Radish

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Radish
Radish 3371103037 4ab07db0bf o.jpg
Radishes
Scientific classification
Kingdom: Plantae
(unranked): Angiosperms
(unranked): Eudicots
(unranked): Rosids
Order: Brassicales
Family: Brassicaceae
Genus: Raphanus
Species: R. sativus
Binomial name
Raphanus sativus
L.
Radish may also refer to any member of the genus Raphanus (the "radishes").
For other uses, see radish (disambiguation).

The radish (Raphanus sativus) is an edible root vegetable of the Brassicaceae family that was domesticated in Europe in pre-Roman times. Radishes are grown and consumed throughout the world, being mostly eaten raw as a crunchy salad vegetable. They have numerous varieties, varying in size, color and the length of time they take to mature. They are sometimes grown as companion plants and suffer from few pests and diseases. They germinate quickly and grow rapidly, smaller varieties being ready for consumption within a month while larger daikon varieties taking several months. Some radishes are grown for their seeds: oilseed radishes, for instance, may be grown for oil production. Others are used for sprouting and both roots and leaves are sometimes served cooked.

History[edit]

Varieties of radish are now broadly distributed around the world, but there are almost no archeological records available to help determine its early history and domestication.[1] However, scientists tentatively locate the origin of Raphanus sativus in southeast Asia, as this is the only region where truly wild forms have been discovered. India, central China, and central Asia appear to have been secondary centers where differing forms were developed. Radishes enter the historical record in 3rd century B.C..[2] Greek and Roman agriculturalists of the 1st century A.D. gave details of small, large, round, long, mild, and sharp varieties. The radish seems to have been one of the first European crops introduced to the Americas. A German botanist, reported radishes of 100 pounds (45 kg) in 1544, although the only variety of that size today is the Japanese Sakurajima radish.[3] The large, mild, and white East Asian form was developed in China but is mostly associated in the West with the Japanese daikon, owing to Japanese agricultural development and larger exports.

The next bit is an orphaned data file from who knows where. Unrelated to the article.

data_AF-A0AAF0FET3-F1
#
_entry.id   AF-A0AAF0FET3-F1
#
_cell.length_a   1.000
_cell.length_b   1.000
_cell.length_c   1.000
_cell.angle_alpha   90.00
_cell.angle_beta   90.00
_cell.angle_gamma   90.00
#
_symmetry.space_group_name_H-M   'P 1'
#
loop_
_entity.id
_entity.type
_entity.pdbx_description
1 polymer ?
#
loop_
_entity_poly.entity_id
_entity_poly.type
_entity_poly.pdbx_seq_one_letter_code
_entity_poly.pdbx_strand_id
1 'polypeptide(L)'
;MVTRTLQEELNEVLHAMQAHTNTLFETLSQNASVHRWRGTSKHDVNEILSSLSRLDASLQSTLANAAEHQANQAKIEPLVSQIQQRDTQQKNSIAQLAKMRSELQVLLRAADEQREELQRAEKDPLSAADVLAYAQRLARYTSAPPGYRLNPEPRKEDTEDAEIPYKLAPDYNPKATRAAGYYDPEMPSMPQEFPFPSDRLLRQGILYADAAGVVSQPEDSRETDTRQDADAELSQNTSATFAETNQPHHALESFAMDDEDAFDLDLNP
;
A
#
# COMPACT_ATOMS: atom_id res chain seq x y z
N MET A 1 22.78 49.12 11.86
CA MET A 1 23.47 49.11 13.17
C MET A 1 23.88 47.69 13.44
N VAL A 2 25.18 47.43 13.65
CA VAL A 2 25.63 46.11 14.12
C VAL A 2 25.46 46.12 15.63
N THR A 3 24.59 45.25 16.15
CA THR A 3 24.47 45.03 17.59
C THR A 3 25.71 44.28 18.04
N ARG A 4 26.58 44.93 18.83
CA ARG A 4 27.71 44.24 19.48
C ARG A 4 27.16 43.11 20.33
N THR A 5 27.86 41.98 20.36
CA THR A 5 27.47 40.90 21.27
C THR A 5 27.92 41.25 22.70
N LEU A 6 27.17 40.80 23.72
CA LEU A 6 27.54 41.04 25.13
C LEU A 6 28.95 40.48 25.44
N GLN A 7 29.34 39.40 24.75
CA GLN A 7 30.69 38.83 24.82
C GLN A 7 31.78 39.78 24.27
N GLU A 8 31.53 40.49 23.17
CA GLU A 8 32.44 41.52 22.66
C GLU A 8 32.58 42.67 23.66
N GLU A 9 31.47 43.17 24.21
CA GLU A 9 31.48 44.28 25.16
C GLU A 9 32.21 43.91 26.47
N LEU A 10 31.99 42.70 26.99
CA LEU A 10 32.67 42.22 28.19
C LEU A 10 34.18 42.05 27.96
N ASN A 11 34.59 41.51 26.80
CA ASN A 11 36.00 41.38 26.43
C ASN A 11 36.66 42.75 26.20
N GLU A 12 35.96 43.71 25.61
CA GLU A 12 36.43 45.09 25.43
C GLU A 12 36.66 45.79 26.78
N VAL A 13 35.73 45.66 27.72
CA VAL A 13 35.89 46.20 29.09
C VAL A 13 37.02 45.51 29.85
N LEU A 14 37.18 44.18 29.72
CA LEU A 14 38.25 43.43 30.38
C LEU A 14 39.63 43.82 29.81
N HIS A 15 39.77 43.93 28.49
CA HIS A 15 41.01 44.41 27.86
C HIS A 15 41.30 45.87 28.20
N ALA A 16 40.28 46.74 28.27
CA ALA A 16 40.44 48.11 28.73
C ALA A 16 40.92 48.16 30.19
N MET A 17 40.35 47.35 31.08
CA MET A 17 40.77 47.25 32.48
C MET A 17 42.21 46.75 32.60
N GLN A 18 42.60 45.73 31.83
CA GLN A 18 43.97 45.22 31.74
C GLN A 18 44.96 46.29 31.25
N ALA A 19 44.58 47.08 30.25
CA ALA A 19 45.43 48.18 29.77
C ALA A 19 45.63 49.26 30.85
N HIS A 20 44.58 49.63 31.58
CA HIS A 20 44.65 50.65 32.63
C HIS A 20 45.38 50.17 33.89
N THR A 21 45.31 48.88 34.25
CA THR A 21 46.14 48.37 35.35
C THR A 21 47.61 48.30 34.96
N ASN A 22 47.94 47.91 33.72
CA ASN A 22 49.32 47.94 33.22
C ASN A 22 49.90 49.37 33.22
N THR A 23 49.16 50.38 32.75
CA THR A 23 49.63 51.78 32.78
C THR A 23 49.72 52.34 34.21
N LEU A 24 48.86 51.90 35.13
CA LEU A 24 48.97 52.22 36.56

Description[edit]

Section through radishes

Radishes (Raphanus sativus) are annual or biennial brassicaceous crops grown for their swollen tap-roots which can be globular, tapering or cylindrical. The root skin colour ranges from white through pink, red, purple, yellow and green to black but the flesh is usually white. Smaller types have a few leaves about 13 cm (5 in) long with round roots up to 2.5 cm (1 in) in diameter or more slender, long roots up to 7 cm (3 in) long. Both of these are normally eaten raw in salads.[4] A longer root form, including oriental radishes, daikon or mooli and winter radishes, grows up to 60 cm (24 in) long with foliage about 60 cm (24 in) high with a spread of 45 cm (18 in).[4] The flesh of radishes harvested timely is crisp and sweet, but becomes bitter and tough if the vegetable is left in the ground for too long.[5] Leaves are arranged in a rosette. They have a lyrate shape, meaning they are divided pinnately with an enlarged terminal lobe and smaller lateral lobes. The white flowers are borne on a racemose inflorescence.[6] The fruits are small pods which can be eaten when young.[4]